For native code, I'm confident that (read-only) code and (read-write) data will never end up in the same page. That might not be the case for readonly data, which is why we should not put initialized data in readonly areas until the page table goes away.

And what about static OCaml data which end up next to data allocated by some C stub, to which OCaml heap block points to (without no-naked-pointers) ?

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jhjourdan commented Nov 20, 2019

This adds &caml_atom_table[0] through &caml_atom_table[255] (inclusive) to the page table. However, since these are headers and object pointers point after headers, the actual value of Atom(255) is &caml_atom_table[256] (i.e. Val_hp (&caml_atom_table[255])), which isn't necessarily added to the page table if the atom table happens to end on a page boundary.

Indeed, fixed.

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jhjourdan commented Nov 20, 2019

An alternate, perhaps simpler fix would be to allocate the atom table dynamically, using caml_stat_alloc_aligned_noexc. Accessing the atom table is not performance-critical, so an extra indirection would not hurt.

Indeed. I agree this is should not be performance critical. @gasche, do you confirm, shall I implement this?

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stedolan commented Nov 20, 2019

@gasche thanks, I understand your comment now.

I thought that there would be a problem with this approach in compiling the expression [| |]. It turns out that this doesn't generate a reference to Atom(0), but instead compiles a new statically allocated zero-length object, with tag and length 0 which is not physically equal to Atom(0). (This is surprising to me, but I don't think anything depends on the only zero-length objects being Atom(x)).

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gasche commented Nov 20, 2019

I can't confirm because I know less than the three of you on how to assess the performance-impact of a runtime change. I looked at the uses of Atom in the runtime and the only way I could think of to propose a plausible micro-benchmark to assess the change is: create a marshalled value with a lot of empty strings (say, a long array of empty strings) and unmarshal it repeatedly.

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nojb commented Nov 20, 2019

Out of curiosity, is there a bug report anywhere about the Alpine crashes ?

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let-def commented Nov 20, 2019

I can't confirm because I know less than the three of you on how to assess the performance-impact of a runtime change. I looked at the uses of Atom in the runtime and the only way I could think of to propose a plausible micro-benchmark to assess the change is: create a marshalled value with a lot of empty strings (say, a long array of empty strings) and unmarshal it repeatedly.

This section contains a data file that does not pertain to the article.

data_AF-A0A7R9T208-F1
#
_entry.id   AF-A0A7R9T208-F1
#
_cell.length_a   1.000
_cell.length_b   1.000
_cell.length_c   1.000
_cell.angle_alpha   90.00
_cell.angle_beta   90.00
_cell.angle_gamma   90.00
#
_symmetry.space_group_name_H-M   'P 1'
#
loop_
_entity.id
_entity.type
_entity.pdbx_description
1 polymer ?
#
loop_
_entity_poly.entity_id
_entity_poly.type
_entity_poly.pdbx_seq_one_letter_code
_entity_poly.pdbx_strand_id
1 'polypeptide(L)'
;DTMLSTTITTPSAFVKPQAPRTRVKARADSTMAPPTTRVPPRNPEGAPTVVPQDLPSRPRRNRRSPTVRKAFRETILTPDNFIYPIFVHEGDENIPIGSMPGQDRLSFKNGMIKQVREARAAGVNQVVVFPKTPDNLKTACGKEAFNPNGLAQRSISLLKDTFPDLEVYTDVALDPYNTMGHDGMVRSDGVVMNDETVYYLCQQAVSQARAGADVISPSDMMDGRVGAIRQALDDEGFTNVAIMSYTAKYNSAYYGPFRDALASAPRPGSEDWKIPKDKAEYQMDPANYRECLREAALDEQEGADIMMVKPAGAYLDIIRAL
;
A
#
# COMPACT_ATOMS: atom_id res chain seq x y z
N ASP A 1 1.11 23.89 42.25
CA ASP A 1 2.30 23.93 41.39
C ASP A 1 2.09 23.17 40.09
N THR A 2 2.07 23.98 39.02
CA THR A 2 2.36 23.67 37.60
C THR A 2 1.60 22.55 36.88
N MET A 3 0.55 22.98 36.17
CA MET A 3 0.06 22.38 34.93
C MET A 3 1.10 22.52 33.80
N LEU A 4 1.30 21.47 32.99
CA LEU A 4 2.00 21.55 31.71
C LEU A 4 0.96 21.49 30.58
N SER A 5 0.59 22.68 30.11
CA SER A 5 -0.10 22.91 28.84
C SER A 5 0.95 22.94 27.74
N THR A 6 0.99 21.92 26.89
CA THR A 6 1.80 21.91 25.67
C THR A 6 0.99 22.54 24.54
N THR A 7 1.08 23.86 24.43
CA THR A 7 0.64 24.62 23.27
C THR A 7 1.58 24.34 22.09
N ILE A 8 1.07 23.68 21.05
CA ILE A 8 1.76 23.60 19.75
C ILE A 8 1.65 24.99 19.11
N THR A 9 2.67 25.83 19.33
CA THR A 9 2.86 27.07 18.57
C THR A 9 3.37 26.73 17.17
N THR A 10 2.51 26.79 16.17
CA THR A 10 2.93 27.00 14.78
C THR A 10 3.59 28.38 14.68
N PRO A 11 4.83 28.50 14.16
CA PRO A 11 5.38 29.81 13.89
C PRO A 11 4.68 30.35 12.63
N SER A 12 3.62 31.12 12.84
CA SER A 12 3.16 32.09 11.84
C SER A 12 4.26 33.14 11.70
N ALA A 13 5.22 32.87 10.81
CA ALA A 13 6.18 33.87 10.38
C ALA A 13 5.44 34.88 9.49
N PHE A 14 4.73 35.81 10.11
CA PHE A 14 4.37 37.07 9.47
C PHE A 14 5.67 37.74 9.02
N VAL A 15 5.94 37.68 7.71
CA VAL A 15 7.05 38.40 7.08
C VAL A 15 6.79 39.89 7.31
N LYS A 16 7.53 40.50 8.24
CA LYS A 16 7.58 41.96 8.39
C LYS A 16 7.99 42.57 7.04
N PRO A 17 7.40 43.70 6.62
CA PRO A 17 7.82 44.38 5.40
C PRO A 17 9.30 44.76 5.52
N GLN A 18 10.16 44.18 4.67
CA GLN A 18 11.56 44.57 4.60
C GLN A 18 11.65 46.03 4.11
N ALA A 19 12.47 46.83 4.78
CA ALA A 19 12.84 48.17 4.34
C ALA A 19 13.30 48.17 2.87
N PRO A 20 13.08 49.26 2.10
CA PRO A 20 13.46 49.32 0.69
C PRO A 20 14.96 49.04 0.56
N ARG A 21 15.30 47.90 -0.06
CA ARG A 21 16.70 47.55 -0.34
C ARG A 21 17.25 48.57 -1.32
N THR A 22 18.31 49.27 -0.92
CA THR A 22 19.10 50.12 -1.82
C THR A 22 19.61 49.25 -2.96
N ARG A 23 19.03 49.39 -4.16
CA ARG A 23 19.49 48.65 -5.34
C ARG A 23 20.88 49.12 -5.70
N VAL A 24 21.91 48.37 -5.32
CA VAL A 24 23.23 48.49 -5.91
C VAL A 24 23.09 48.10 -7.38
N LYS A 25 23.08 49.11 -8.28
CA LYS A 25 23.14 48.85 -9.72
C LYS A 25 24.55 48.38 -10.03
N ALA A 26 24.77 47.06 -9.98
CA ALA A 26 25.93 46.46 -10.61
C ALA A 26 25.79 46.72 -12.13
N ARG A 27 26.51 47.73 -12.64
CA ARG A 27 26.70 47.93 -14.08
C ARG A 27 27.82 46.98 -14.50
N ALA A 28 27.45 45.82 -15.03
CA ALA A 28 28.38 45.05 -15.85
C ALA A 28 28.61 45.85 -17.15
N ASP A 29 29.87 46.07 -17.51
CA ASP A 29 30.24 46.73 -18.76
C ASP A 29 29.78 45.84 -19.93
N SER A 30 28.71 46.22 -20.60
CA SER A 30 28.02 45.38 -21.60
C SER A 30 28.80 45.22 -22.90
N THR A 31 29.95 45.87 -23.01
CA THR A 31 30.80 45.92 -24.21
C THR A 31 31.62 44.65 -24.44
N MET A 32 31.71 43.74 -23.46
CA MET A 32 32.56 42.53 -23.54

An empty string has size 1... Empty arrays maybe?

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xavierleroy commented Nov 20, 2019

I was a bit surprised by @xavierleroy's comment that the atom table is not performance-critical,

It's not performance-critical in the sense that allocation in the minor heap is performance-critical. The only use, as far as I can remember, is to evaluate the empty array [||] in bytecode. (EDIT: that, plus unmarshaling data containing empty arrays.) So, one extra load to get at the atom table is not a problem.

Also it opens the way to lazy allocation and initialization of the atom table the first time it's needed, which might actually save time and space in many programs (all those that don't use empty arrays). Just a thought.

I thought that there would be a problem with this approach in compiling the expression [| |]. It turns out that this doesn't generate a reference to Atom(0), but instead compiles a new statically allocated zero-length object, with tag and length 0 which is not physically equal to Atom(0)

Right. The main reason for the atom table is that we cannot allocate zero-sized objects in the minor heap (EDIT: because there would be no room for a forwarding pointer) nor in the major heap (EDIT: because there would be n room to maintain a free list), so static allocation is a must. In native code we have a solid general mechanism for statically-allocated data. In bytecode we don't so we need the atom table.

If you wonder whether [||] == [||] is allowed to evaluate to false, I say yes: physical equality is specified only for data that can be mutated in-place: "x == y is true if and only if a modification of x also modifies y. However, [||] cannot be modified!

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xavierleroy commented Nov 20, 2019

And what about static OCaml data which end up next to data allocated by some C stub, to which OCaml heap block points to (without no-naked-pointers) ?

Naked pointers must go away, the sooner the better. (Mental note: update chapter 20 of the reference manual to say "don't use naked pointers".)

@jhjourdan jhjourdan force-pushed the jhjourdan:caml_atom_table_padding branch 2 times, most recently from a34e2b1 to a2c06d9 Nov 21, 2019
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jhjourdan commented Nov 21, 2019

I've pushed a new version of the PR, which:

  • implements @xavierleroy's proposal